The illustrations include gray scale pencil drawings that reflect art drawn from a youth of the age of the protagonist, making the drawings relevant and adding depth to the novel. 

Verdict: This adventure explores grief, healing through memories, being true to oneself, regret and hope, in a way that children will be able to relate. Through Zora, the author models feeing and expressing grief. The writing is poetic and creative, highlighting sisterly love, tenacity and grit, and how to reignite a dream that has been lost. The author balances hope and reality in a realistic way. The title is creative, combining Pennsylvania, were Zora lives with her grandmother and pencil. Recommended for youth dealing with the death of a loved one or one whose dreams have died.

Review by Harris.

Book review: The Chance to Fly, by Ali Stroker and Stacy Davidowitz

Stroker, Ali, and Stacy Davidowitz. The Chance to Fly. Amulet Books, 2021. $16.99. ISBN 9781419743931. 279 pages. Ages 9-12. P7 Q8

What would it be like to want to sing and dance on stage, but not be included, due to being in a wheelchair? Nat, who is thirteen years old, has a beautiful voice and wants to be in a musical. Unfortunately, when people notice that she is confined to a wheelchair, they don’t take the effort to get to know her. When Nat moves from California to New Jersey, she sets out to earn a part in a musical production, even when it means quitting the racing team that her dad coaches, going behind her dad’s back, and sneaking to audition for the musical. Earning a spot in the musical is the start of more challenges as the other cast members do not understand her need to practice in a building that has wheelchair access. Will Nat be able to overcome her challenges and be successful in the musical? The end pages include “A talkback with authors Stacy and Ali” where the reader learns how the authors met and the process they went through to collaborate on the book. Ali Stocker, who won a Tony Award and starred in Glee, was the first person in a wheelchair to appear on Broadway.

Verdict: Filled with trials, obstacles, and friendships, this inspiring and realistic story brings empowerment to people who experience challenges. It is current and up to date and includes Hamilton references. The experience of the authors adds richness and integrity, while subtly bringing an awareness to peoples who have differing abilities. Nat models how to break stereotypes and solve problems for people who are confined to a wheelchair. This book is both inspirational and realistic.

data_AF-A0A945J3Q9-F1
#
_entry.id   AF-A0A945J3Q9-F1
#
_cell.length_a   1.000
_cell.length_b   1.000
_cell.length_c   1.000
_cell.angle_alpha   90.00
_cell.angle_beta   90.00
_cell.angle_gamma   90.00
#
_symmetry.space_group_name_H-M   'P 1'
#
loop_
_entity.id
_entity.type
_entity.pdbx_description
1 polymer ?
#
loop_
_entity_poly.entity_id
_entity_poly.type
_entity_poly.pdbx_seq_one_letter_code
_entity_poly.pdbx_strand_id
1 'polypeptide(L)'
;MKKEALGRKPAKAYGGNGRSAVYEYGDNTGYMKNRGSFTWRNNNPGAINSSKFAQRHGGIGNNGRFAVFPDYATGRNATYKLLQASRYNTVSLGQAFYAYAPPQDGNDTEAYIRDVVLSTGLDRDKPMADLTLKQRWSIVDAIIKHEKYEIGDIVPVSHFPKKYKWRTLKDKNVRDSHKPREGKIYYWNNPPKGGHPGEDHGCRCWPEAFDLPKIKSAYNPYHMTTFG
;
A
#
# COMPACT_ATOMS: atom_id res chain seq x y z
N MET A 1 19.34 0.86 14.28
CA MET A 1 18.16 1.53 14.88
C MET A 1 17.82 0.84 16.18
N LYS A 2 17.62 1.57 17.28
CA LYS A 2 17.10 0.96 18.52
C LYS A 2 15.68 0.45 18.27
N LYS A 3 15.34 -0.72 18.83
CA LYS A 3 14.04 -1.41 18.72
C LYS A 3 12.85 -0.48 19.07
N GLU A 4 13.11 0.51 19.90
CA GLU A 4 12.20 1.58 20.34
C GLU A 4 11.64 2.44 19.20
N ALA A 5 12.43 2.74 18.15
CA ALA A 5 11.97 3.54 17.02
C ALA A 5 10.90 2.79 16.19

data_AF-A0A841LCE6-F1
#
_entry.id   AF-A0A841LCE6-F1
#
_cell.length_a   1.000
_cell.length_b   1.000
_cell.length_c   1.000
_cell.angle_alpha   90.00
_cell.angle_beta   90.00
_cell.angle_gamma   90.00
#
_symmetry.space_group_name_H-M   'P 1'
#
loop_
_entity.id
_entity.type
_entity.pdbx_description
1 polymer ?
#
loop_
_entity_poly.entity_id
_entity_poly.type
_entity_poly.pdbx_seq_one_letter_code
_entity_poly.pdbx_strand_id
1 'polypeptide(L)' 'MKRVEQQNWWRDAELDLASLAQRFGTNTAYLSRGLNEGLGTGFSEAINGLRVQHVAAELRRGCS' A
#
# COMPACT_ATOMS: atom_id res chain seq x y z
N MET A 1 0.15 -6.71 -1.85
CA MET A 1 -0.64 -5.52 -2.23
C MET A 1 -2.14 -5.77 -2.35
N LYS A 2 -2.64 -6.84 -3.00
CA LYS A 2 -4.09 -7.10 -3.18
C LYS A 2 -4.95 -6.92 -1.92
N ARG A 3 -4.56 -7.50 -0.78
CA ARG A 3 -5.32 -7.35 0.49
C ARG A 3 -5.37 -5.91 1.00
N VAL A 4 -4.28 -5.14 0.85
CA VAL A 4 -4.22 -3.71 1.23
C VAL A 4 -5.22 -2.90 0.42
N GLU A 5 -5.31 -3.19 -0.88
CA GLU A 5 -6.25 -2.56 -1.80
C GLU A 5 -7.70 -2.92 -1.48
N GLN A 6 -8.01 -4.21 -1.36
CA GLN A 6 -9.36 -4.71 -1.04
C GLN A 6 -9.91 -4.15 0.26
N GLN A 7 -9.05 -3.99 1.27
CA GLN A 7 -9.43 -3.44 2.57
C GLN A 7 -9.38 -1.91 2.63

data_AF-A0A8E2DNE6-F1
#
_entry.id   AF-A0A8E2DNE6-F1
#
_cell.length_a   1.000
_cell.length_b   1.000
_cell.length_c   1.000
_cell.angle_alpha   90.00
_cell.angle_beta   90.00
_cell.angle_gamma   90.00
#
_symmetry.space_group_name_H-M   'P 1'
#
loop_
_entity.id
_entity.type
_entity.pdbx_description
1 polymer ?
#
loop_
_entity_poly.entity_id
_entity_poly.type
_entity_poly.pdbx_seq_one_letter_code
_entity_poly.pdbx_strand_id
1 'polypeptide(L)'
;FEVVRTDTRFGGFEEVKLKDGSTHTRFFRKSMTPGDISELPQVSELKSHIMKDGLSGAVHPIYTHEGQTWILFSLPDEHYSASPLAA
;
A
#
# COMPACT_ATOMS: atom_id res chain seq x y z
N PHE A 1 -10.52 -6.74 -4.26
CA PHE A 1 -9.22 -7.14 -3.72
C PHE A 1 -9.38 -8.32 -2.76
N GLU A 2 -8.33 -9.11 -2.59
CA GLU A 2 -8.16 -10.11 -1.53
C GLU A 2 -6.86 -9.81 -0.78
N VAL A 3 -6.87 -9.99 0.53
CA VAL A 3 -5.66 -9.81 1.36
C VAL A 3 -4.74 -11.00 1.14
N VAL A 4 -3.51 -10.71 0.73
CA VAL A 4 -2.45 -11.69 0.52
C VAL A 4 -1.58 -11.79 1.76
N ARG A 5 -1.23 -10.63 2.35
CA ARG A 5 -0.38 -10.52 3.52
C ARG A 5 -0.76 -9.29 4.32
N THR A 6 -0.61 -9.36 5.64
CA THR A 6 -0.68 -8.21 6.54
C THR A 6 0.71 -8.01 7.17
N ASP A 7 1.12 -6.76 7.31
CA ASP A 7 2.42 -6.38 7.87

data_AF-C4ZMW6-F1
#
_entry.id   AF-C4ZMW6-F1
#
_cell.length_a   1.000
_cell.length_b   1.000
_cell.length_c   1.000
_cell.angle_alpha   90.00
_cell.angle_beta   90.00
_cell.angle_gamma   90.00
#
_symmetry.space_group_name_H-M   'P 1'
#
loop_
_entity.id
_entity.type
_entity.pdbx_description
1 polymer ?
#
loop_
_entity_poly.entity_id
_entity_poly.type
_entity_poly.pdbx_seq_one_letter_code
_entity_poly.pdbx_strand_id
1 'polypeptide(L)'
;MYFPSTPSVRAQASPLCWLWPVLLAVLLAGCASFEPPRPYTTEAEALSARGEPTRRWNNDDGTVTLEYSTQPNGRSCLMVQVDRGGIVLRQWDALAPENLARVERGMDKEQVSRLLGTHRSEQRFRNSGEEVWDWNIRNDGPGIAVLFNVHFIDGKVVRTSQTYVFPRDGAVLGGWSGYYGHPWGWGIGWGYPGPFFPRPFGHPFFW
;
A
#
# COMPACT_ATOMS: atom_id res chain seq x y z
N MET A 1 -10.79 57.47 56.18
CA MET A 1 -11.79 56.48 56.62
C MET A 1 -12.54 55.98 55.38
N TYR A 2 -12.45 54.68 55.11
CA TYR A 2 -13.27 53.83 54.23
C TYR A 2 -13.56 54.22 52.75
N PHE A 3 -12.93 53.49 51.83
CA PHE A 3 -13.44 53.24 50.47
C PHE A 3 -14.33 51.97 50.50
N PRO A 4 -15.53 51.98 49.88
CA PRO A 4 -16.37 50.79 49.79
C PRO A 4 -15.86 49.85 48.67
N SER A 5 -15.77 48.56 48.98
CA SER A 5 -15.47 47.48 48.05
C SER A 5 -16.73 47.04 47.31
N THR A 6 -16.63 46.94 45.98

Review by Harris.

Book review: Houdini and Me, by Dan Gutman

Gutman, Dan. Houdini And Me. Holiday House, 2021. $16.99. ISBN 9780823445158. 212 pages. Ages 8-12. P7 Q5

What would it be like to be Houdini for a day? Eleven-year-old Harry lives in the historic home where Houdini spent the last 22 years of his life. Harry, who loves magic tricks, often imagines himself as Houdini. One day as Harry and his friend Zeke were exploring, they put a penny on a train track. Harry’s shoe laces got stuck on the track and he ended up in the ICU. When he woke up, he found a flip phone with his gifts and cards. Harry starts getting messages on his phone from Houdini, who persuades Harry to trade places with him. Will Harry and Houdini change places, and if so, will changing places put Harry in precarious situations? The grey scale illustrations are detailed and look like photographs.  The mid-size text and space between the lines, makes this chapter book easy to read. The text sent over the phone is indicated by capitalization, allowing it to stand apart from the rest of the story.

Verdict: I found quite a few holes and missing pieces in the story line. That the flip phone suddenly appears can add to the mystique or make one wonder how it arrived there. Even though there are some plot holes, youth interested in magic and Houdini’s life will find it interesting and will glean information about Houdini’s life.

Review by Harris.

Book review: The Secret Starling, by Judith Eagle, illustrated by Jo Rioux

Eagle, Judith. The Secret Starling. Illustrated by Jo Rioux. Walker Books, 2021. $16.99. ISBN 9781536213652. 249 pages. Ages 10-14. P7 Q7

Orphans, a grouchy uncle, villains, friendship, and a mystery await the reader in this fast paced adventure. Clara, who has been raised by many governesses (they change monthly), lives in her uncle’s mansion. Her dreary uncle is cold, follows strict routines, and keeps her isolated from the outside world. Clara’s desperate situation takes a turn for the worse when she notices that items disappear from the decrepit mansion, her governess quits, and she is abandoned in her village by her uncle. Clara finds her way back to the mansion, where she encounters Peter, an orphan, who was sent by his recuperating granny, to stay with Clara’s uncle. Clara and Peter forge a friendship when they discover the mansion has been sold to a family who plans on turning it into an orphanage. The new owners have their sights set on Clara and Peter as the first orphans to be in their care. Peter is captured and in the process of freeing him, Clara finds a ballet slipper belonging to her mother. Will this be the clue she needs to find her mother? Will Clara be able to escape the clutches of the new owners and free Peter? The black and grey scale illustrations accurately portray the characters and provide the reader with additional insight into Clara’s difficult life.